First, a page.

Maps to the Stars begins with a number of seemingly disparate narrative strands which for the first half of the film are difficult to consolidate. Cronenberg opens with Agatha (Mia Wasikowska, a name ever-present on this blog) curled up on a bus travelling towards Los Angeles. Influenced by the film’s title and starscape background of the opening credits, it is assumed that Agatha is a tourist heading to L.A. for the celebrity culture projected from the city. On arrival she meets chauffeur Jerome played by Robert Pattinson – in an interesting nod to his previous role in Cosmopolis as perpetual limo passenger – who is also a wannabe actor-writer. Within the film’s first five minutes Cronenberg has seemingly presented the audience with those staples of the Hollywood film genre: young people innocently attracted to allure of the industry, with hopes and dreams that will likely be crushed by the merciless exploitation of the system. But as the film unfolds it appears that Agatha is no naïve ingénue, the burns she hides underneath the long black gloves she wears, point to something darker. Throughout these scenes, I was reminded of Dr Helen Remington from his 1996 film Crash, who Agatha resembles and whose sexual mania populates much of that film.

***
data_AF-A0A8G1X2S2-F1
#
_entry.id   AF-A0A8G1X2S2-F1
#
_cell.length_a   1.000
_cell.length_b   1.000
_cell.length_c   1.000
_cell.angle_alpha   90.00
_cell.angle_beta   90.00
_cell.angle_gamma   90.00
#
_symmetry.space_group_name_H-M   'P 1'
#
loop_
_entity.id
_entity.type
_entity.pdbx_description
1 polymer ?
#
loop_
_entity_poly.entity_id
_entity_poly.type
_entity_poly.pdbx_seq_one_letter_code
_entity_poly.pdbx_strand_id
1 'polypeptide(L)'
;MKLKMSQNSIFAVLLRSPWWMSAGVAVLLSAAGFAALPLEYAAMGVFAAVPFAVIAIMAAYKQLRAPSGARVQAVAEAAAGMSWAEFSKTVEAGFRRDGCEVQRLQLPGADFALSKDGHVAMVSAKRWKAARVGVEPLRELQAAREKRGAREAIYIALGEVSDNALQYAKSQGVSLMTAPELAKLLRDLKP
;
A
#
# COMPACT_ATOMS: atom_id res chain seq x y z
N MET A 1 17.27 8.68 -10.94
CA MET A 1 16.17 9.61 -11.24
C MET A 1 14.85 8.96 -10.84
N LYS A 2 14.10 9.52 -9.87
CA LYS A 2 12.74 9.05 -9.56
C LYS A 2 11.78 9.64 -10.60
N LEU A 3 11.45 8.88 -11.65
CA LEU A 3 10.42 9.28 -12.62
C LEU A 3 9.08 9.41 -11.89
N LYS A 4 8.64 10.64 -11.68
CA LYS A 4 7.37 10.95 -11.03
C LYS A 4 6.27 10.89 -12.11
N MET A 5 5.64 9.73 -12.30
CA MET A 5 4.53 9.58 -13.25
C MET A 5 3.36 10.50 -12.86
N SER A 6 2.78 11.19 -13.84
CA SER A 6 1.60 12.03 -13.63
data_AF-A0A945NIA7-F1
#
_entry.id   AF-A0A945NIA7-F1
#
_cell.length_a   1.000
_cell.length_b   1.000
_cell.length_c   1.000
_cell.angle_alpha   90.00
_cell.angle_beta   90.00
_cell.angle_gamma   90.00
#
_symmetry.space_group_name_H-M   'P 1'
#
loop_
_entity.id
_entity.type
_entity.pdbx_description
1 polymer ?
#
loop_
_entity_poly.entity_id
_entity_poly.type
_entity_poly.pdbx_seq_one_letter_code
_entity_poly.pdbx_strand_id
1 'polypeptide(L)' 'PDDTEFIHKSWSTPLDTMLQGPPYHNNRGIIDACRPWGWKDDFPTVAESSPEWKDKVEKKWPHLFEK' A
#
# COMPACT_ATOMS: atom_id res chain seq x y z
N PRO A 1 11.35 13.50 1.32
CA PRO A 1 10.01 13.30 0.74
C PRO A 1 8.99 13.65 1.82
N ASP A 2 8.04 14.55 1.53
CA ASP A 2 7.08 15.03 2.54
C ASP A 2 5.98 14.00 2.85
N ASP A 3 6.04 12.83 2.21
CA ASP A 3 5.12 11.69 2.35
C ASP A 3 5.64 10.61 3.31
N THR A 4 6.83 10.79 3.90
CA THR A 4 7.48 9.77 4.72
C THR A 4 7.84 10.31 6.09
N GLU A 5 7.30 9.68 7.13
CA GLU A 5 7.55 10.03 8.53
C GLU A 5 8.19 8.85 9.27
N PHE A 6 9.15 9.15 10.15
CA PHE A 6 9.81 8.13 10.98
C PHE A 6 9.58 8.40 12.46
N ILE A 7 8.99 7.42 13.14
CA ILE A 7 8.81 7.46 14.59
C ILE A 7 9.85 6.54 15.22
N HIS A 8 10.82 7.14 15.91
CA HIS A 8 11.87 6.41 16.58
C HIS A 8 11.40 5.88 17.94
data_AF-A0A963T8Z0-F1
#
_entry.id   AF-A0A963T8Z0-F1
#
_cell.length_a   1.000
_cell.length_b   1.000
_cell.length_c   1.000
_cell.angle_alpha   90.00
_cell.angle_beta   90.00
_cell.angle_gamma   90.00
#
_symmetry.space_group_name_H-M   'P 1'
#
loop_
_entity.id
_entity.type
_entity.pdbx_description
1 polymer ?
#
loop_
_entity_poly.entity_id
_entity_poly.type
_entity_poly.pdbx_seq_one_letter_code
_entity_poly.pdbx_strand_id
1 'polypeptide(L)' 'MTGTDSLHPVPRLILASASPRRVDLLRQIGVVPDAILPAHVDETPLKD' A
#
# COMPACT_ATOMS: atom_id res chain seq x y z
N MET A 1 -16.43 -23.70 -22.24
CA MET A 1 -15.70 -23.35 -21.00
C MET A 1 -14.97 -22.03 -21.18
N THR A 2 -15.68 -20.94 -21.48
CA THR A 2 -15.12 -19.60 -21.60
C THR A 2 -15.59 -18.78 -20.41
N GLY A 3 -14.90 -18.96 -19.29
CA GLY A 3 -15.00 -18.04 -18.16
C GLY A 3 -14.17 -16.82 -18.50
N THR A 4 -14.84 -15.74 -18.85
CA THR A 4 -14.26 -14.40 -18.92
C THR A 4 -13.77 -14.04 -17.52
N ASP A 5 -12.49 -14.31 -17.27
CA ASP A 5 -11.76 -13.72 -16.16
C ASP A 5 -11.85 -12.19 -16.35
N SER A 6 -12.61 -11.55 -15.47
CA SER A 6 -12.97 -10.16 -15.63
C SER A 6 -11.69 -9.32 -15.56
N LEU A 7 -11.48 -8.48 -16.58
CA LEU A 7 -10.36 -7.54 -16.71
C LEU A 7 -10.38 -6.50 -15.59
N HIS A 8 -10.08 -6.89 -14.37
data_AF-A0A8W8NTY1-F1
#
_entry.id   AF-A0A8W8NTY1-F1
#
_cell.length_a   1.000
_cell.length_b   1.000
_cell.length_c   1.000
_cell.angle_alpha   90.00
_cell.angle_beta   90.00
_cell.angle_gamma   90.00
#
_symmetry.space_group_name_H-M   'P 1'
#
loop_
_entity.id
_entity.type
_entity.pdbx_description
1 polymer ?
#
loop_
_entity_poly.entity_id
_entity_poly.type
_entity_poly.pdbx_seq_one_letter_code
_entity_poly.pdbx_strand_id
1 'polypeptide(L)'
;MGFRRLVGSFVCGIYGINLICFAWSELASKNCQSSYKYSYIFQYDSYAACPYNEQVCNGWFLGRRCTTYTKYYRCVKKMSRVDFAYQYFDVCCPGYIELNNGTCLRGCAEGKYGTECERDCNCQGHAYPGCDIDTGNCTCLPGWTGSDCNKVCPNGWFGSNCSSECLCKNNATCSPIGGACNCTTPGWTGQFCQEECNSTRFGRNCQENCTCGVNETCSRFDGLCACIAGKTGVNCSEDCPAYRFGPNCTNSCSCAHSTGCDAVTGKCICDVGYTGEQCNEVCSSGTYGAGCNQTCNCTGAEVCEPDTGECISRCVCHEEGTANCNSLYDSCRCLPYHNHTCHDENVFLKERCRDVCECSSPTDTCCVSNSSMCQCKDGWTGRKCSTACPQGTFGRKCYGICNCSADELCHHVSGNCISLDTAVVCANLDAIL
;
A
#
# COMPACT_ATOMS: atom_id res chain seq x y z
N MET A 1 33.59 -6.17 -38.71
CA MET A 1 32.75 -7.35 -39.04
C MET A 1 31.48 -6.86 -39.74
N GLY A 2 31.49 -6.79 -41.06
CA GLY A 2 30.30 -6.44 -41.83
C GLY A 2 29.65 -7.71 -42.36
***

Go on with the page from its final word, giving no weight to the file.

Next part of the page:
Quickly, we find ourselves in a hospital where Justin Bieber’s actor counterpart is visiting a cancer patient who he is told is dying of AIDS. Benjie, star of Bad Babysitter, an extremely popular film franchise, offers her an iPAD so she can watch his film, an act which will hopefully repair his image in the eyes of the press. This is obviously some sort of celebrity tabloid ploy with the intentions of rescuing this stricken, arrogant thirteen year old from his drug inflicted past. The dying girl calls him out on his mistake, stating that she has non-Hodgkin lymphoma and not AIDS, but for now this error seems unimportant. Benjie soon departs shouting obscurities at his personal assistant, whose servile nature inhibits him from answering back to his obnoxious employer.